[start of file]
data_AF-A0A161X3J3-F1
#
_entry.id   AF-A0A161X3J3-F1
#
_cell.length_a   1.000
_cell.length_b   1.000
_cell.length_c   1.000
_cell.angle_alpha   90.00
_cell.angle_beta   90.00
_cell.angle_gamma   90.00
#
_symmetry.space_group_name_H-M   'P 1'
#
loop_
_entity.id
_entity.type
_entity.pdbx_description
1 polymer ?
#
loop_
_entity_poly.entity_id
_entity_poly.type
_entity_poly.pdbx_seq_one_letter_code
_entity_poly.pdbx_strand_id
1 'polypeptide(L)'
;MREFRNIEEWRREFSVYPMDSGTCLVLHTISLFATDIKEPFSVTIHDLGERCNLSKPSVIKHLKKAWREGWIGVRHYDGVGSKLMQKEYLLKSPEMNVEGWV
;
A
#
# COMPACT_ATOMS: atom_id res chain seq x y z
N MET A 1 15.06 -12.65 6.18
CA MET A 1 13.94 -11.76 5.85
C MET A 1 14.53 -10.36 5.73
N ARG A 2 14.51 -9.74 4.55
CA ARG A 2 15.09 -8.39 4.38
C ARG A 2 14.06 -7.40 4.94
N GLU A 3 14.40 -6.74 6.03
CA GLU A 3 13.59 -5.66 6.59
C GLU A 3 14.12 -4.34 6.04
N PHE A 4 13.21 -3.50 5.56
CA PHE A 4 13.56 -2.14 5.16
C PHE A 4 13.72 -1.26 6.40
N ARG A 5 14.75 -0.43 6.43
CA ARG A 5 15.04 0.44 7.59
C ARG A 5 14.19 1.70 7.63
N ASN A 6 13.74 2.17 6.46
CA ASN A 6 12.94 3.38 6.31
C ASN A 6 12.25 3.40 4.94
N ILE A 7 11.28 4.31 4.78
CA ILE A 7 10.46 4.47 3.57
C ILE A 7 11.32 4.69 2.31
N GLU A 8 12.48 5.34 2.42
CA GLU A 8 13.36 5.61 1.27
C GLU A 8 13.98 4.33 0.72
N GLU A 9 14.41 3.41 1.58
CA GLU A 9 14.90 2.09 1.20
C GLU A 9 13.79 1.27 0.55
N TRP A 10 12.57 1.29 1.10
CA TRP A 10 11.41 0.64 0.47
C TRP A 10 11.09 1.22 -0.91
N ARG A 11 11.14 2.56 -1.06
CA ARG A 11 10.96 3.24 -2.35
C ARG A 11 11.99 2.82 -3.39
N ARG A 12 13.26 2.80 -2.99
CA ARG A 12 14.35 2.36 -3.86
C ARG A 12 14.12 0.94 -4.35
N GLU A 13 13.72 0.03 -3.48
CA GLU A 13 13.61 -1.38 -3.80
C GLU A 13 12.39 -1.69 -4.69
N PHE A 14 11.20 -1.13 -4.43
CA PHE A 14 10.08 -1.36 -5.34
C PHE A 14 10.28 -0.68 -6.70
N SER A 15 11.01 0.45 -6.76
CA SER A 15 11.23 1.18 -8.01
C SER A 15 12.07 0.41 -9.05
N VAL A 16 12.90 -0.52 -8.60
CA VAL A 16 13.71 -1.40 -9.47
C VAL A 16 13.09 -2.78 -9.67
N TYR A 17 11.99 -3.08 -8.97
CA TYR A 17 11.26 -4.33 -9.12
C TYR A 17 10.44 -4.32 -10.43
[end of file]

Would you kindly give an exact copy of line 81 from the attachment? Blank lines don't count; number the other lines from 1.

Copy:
C TYR A 17 10.44 -4.32 -10.43